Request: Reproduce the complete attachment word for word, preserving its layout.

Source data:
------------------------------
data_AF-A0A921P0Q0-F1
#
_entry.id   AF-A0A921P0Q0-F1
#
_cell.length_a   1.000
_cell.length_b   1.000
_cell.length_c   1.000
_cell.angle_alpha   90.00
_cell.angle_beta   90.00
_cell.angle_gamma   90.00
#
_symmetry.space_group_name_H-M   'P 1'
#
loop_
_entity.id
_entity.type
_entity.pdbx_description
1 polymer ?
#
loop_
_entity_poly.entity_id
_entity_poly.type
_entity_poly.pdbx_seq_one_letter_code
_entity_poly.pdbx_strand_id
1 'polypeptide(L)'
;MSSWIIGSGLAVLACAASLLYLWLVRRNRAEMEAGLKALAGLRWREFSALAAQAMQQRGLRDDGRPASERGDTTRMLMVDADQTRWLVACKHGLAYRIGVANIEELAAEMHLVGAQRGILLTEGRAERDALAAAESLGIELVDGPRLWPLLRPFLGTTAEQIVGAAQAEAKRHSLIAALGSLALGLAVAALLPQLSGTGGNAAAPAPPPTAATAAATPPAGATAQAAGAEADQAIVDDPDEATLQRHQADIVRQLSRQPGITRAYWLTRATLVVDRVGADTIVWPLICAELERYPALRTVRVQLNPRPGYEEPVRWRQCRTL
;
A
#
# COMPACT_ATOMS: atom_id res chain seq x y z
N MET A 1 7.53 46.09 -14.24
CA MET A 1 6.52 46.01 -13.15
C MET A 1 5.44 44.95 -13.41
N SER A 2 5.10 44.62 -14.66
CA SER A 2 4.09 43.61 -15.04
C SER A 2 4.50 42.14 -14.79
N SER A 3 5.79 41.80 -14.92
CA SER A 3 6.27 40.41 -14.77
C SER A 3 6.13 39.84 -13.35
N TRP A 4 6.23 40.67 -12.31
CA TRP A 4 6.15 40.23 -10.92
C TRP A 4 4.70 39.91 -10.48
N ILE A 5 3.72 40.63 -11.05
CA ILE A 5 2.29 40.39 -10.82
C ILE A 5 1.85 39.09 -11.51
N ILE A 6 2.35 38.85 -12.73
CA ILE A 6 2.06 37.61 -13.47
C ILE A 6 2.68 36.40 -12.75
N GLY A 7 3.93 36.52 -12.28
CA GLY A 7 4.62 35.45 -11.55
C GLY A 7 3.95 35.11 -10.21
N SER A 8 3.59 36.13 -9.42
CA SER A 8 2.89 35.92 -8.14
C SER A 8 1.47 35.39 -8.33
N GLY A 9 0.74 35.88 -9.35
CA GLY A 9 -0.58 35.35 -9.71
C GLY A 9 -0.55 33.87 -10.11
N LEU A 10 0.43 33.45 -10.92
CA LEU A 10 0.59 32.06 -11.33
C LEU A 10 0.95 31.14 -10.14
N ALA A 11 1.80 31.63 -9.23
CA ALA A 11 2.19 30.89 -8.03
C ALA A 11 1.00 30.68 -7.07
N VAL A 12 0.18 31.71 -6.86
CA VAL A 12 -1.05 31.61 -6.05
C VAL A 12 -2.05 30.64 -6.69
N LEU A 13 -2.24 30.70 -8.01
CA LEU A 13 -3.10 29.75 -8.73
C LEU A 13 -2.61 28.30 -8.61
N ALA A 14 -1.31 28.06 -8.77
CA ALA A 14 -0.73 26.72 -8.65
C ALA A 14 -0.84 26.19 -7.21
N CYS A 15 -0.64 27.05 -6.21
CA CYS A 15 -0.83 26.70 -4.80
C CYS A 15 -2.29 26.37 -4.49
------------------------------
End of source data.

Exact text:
data_AF-A0A921P0Q0-F1
#
_entry.id   AF-A0A921P0Q0-F1
#
_cell.length_a   1.000
_cell.length_b   1.000
_cell.length_c   1.000
_cell.angle_alpha   90.00
_cell.angle_beta   90.00
_cell.angle_gamma   90.00
#
_symmetry.space_group_name_H-M   'P 1'
#
loop_
_entity.id
_entity.type
_entity.pdbx_description
1 polymer ?
#
loop_
_entity_poly.entity_id
_entity_poly.type
_entity_poly.pdbx_seq_one_letter_code
_entity_poly.pdbx_strand_id
1 'polypeptide(L)'
;MSSWIIGSGLAVLACAASLLYLWLVRRNRAEMEAGLKALAGLRWREFSALAAQAMQQRGLRDDGRPASERGDTTRMLMVDADQTRWLVACKHGLAYRIGVANIEELAAEMHLVGAQRGILLTEGRAERDALAAAESLGIELVDGPRLWPLLRPFLGTTAEQIVGAAQAEAKRHSLIAALGSLALGLAVAALLPQLSGTGGNAAAPAPPPTAATAAATPPAGATAQAAGAEADQAIVDDPDEATLQRHQADIVRQLSRQPGITRAYWLTRATLVVDRVGADTIVWPLICAELERYPALRTVRVQLNPRPGYEEPVRWRQCRTL
;
A
#
# COMPACT_ATOMS: atom_id res chain seq x y z
N MET A 1 7.53 46.09 -14.24
CA MET A 1 6.52 46.01 -13.15
C MET A 1 5.44 44.95 -13.41
N SER A 2 5.10 44.62 -14.66
CA SER A 2 4.09 43.61 -15.04
C SER A 2 4.50 42.14 -14.79
N SER A 3 5.79 41.80 -14.92
CA SER A 3 6.27 40.41 -14.77
C SER A 3 6.13 39.84 -13.35
N TRP A 4 6.23 40.67 -12.31
CA TRP A 4 6.15 40.23 -10.92
C TRP A 4 4.70 39.91 -10.48
N ILE A 5 3.72 40.63 -11.05
CA ILE A 5 2.29 40.39 -10.82
C ILE A 5 1.85 39.09 -11.51
N ILE A 6 2.35 38.85 -12.73
CA ILE A 6 2.06 37.61 -13.47
C ILE A 6 2.68 36.40 -12.75
N GLY A 7 3.93 36.52 -12.28
CA GLY A 7 4.62 35.45 -11.55
C GLY A 7 3.95 35.11 -10.21
N SER A 8 3.59 36.13 -9.42
CA SER A 8 2.89 35.92 -8.14
C SER A 8 1.47 35.39 -8.33
N GLY A 9 0.74 35.88 -9.35
CA GLY A 9 -0.58 35.35 -9.71
C GLY A 9 -0.55 33.87 -10.11
N LEU A 10 0.43 33.45 -10.92
CA LEU A 10 0.59 32.06 -11.33
C LEU A 10 0.95 31.14 -10.14
N ALA A 11 1.80 31.63 -9.23
CA ALA A 11 2.19 30.89 -8.03
C ALA A 11 1.00 30.68 -7.07
N VAL A 12 0.18 31.71 -6.86
CA VAL A 12 -1.05 31.61 -6.05
C VAL A 12 -2.05 30.64 -6.69
N LEU A 13 -2.24 30.70 -8.01
CA LEU A 13 -3.10 29.75 -8.73
C LEU A 13 -2.61 28.30 -8.61
N ALA A 14 -1.31 28.06 -8.77
CA ALA A 14 -0.73 26.72 -8.65
C ALA A 14 -0.84 26.19 -7.21
N CYS A 15 -0.64 27.05 -6.21
CA CYS A 15 -0.83 26.70 -4.80
C CYS A 15 -2.29 26.37 -4.49